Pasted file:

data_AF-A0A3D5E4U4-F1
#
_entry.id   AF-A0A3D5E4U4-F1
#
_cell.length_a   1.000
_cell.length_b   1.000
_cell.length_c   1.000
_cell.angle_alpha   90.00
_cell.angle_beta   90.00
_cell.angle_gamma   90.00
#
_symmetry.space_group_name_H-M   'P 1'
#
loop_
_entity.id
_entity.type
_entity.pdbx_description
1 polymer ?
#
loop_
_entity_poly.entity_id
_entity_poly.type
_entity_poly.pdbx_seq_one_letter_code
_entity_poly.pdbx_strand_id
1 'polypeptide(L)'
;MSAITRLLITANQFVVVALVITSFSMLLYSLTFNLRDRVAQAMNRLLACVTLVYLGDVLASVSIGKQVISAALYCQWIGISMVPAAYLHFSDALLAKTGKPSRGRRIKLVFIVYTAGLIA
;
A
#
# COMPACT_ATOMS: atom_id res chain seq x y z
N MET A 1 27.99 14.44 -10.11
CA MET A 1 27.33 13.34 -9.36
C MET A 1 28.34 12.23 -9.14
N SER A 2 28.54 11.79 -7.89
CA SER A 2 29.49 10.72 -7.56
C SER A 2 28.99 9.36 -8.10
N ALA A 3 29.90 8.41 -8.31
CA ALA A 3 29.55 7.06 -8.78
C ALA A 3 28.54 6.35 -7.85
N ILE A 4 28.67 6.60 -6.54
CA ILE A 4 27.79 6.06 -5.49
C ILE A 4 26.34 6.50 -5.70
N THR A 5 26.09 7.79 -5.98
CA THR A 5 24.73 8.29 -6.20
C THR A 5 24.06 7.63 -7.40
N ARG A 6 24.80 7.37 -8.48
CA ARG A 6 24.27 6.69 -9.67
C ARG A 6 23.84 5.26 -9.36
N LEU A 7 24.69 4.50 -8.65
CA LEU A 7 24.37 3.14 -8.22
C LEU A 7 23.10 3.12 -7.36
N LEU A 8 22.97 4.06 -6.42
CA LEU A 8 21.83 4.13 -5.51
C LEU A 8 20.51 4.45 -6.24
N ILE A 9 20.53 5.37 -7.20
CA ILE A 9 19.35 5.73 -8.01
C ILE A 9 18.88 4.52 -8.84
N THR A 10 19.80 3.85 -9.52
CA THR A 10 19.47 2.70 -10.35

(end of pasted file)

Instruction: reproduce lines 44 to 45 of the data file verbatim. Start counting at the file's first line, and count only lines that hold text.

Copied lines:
CA THR A 5 24.73 8.29 -6.20
C THR A 5 24.06 7.63 -7.40